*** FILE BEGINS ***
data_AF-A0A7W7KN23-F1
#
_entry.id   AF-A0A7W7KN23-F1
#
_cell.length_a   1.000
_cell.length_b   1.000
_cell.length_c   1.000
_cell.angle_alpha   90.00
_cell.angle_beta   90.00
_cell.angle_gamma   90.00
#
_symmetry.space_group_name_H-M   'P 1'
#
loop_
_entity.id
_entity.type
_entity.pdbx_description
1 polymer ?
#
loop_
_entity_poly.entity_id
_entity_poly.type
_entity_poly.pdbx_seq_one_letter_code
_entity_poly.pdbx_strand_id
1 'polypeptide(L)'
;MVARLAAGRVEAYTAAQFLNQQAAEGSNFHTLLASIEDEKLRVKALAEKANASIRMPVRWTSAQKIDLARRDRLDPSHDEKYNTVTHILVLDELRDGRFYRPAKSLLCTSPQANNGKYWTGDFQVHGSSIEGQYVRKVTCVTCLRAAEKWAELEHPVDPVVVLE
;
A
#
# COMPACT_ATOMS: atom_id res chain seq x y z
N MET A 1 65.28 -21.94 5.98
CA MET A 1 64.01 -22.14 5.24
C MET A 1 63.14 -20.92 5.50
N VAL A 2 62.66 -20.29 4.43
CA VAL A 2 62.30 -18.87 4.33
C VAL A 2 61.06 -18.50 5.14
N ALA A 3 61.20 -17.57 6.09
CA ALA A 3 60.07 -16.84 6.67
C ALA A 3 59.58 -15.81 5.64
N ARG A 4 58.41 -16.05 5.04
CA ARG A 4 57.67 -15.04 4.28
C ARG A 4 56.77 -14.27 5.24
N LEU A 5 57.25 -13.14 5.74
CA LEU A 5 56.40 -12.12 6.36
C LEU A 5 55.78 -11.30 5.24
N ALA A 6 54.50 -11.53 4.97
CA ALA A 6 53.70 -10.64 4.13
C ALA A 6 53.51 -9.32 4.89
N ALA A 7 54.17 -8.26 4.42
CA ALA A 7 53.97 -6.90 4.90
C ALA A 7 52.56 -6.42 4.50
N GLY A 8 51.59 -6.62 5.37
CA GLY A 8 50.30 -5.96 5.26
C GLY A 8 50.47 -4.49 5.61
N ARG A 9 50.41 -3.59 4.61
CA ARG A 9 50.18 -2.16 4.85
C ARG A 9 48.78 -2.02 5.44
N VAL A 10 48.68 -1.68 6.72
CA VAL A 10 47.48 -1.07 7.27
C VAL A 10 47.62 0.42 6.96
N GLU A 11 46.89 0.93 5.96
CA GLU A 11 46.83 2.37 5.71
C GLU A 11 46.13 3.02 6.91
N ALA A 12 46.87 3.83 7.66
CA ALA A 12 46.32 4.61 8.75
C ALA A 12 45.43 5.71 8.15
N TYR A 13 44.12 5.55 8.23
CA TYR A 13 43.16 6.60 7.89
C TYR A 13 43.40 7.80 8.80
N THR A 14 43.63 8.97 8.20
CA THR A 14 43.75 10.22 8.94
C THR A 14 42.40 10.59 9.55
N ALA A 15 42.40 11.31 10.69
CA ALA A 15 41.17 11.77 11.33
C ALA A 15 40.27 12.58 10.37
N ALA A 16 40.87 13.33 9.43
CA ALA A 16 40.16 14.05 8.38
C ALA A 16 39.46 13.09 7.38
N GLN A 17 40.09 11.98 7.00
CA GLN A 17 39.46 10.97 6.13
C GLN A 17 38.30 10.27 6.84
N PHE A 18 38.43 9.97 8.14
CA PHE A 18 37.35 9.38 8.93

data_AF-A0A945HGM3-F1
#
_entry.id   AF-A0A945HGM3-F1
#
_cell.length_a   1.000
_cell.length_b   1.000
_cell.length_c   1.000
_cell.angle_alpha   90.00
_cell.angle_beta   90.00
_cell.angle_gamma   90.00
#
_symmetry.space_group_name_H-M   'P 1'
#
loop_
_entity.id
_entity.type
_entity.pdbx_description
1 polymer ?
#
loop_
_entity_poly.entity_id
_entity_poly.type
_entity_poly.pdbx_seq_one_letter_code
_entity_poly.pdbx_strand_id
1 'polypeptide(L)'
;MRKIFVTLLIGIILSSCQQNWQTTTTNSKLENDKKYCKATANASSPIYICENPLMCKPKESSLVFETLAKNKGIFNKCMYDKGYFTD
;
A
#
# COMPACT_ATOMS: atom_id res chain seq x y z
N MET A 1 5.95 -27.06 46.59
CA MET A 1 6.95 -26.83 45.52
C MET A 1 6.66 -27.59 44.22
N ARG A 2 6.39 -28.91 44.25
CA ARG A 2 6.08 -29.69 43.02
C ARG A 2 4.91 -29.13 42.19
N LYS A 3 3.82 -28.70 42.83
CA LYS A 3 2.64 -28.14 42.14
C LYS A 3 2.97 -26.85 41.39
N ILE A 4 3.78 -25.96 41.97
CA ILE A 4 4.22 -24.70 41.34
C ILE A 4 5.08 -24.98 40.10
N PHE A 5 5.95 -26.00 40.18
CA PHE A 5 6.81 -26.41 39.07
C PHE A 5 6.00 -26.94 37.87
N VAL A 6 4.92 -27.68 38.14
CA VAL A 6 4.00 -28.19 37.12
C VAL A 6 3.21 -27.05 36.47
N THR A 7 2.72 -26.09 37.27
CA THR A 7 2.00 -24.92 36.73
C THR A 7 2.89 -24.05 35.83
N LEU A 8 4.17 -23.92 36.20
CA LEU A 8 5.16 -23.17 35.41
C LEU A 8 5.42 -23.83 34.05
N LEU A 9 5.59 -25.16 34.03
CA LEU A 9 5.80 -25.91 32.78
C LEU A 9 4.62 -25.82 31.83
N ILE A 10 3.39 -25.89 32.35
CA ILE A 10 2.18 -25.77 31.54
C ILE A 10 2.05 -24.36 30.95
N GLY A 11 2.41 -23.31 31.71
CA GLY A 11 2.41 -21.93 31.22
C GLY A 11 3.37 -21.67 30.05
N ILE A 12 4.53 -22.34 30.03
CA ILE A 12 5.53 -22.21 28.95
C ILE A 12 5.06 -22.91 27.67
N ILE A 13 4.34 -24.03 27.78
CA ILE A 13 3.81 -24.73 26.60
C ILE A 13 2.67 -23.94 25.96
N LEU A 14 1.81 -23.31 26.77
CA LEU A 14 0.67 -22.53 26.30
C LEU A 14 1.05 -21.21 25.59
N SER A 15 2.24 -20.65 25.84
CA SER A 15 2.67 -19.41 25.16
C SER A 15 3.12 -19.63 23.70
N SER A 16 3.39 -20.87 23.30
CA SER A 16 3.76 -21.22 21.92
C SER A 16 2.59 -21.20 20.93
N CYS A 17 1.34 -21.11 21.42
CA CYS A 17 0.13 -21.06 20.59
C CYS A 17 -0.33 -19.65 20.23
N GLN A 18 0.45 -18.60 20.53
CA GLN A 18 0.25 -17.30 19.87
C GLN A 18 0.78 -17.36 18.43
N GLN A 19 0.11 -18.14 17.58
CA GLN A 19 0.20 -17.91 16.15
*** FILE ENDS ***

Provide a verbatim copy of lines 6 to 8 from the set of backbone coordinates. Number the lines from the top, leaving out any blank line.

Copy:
_cell.length_b   1.000
_cell.length_c   1.000
_cell.angle_alpha   90.00